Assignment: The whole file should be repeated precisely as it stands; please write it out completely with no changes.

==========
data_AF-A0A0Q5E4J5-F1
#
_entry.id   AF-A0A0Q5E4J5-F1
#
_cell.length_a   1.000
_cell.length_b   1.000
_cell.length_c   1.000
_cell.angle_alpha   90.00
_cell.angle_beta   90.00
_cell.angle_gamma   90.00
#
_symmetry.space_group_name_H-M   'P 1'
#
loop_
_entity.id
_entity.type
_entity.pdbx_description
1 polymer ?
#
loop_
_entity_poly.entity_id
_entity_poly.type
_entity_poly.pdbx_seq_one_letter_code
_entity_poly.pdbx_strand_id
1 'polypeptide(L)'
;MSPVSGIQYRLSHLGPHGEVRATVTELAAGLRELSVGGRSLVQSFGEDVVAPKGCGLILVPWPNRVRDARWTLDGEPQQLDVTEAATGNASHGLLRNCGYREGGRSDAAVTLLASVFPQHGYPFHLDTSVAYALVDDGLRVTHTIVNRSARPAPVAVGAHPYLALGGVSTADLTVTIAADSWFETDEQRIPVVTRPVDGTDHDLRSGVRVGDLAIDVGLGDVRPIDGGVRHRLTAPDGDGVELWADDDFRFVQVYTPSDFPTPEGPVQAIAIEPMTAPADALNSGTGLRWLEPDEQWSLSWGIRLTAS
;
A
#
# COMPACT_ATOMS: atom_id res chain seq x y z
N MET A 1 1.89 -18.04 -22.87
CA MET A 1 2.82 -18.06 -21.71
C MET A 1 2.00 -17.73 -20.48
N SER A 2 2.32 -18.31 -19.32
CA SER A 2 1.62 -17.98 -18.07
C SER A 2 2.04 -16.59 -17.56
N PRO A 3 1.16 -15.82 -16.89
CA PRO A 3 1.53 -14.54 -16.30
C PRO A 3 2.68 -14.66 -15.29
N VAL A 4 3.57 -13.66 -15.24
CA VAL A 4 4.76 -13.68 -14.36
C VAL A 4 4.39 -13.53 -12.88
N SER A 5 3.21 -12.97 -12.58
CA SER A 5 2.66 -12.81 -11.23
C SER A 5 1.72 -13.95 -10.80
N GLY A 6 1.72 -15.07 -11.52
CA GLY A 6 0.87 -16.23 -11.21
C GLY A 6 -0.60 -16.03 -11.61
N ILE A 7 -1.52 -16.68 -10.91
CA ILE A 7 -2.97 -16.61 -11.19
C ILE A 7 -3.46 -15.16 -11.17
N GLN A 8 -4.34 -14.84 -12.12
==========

data_AF-A0A0Q5E4J5-F1
#
_entry.id   AF-A0A0Q5E4J5-F1
#
_cell.length_a   1.000
_cell.length_b   1.000
_cell.length_c   1.000
_cell.angle_alpha   90.00
_cell.angle_beta   90.00
_cell.angle_gamma   90.00
#
_symmetry.space_group_name_H-M   'P 1'
#
loop_
_entity.id
_entity.type
_entity.pdbx_description
1 polymer ?
#
loop_
_entity_poly.entity_id
_entity_poly.type
_entity_poly.pdbx_seq_one_letter_code
_entity_poly.pdbx_strand_id
1 'polypeptide(L)'
;MSPVSGIQYRLSHLGPHGEVRATVTELAAGLRELSVGGRSLVQSFGEDVVAPKGCGLILVPWPNRVRDARWTLDGEPQQLDVTEAATGNASHGLLRNCGYREGGRSDAAVTLLASVFPQHGYPFHLDTSVAYALVDDGLRVTHTIVNRSARPAPVAVGAHPYLALGGVSTADLTVTIAADSWFETDEQRIPVVTRPVDGTDHDLRSGVRVGDLAIDVGLGDVRPIDGGVRHRLTAPDGDGVELWADDDFRFVQVYTPSDFPTPEGPVQAIAIEPMTAPADALNSGTGLRWLEPDEQWSLSWGIRLTAS
;
A
#
# COMPACT_ATOMS: atom_id res chain seq x y z
N MET A 1 1.89 -18.04 -22.87
CA MET A 1 2.82 -18.06 -21.71
C MET A 1 2.00 -17.73 -20.48
N SER A 2 2.32 -18.31 -19.32
CA SER A 2 1.62 -17.98 -18.07
C SER A 2 2.04 -16.59 -17.56
N PRO A 3 1.16 -15.82 -16.89
CA PRO A 3 1.53 -14.54 -16.30
C PRO A 3 2.68 -14.66 -15.29
N VAL A 4 3.57 -13.66 -15.24
CA VAL A 4 4.76 -13.68 -14.36
C VAL A 4 4.39 -13.53 -12.88
N SER A 5 3.21 -12.97 -12.58
CA SER A 5 2.66 -12.81 -11.23
C SER A 5 1.72 -13.95 -10.80
N GLY A 6 1.72 -15.07 -11.52
CA GLY A 6 0.87 -16.23 -11.21
C GLY A 6 -0.60 -16.03 -11.61
N ILE A 7 -1.52 -16.68 -10.91
CA ILE A 7 -2.97 -16.61 -11.19
C ILE A 7 -3.46 -15.16 -11.17
N GLN A 8 -4.34 -14.84 -12.12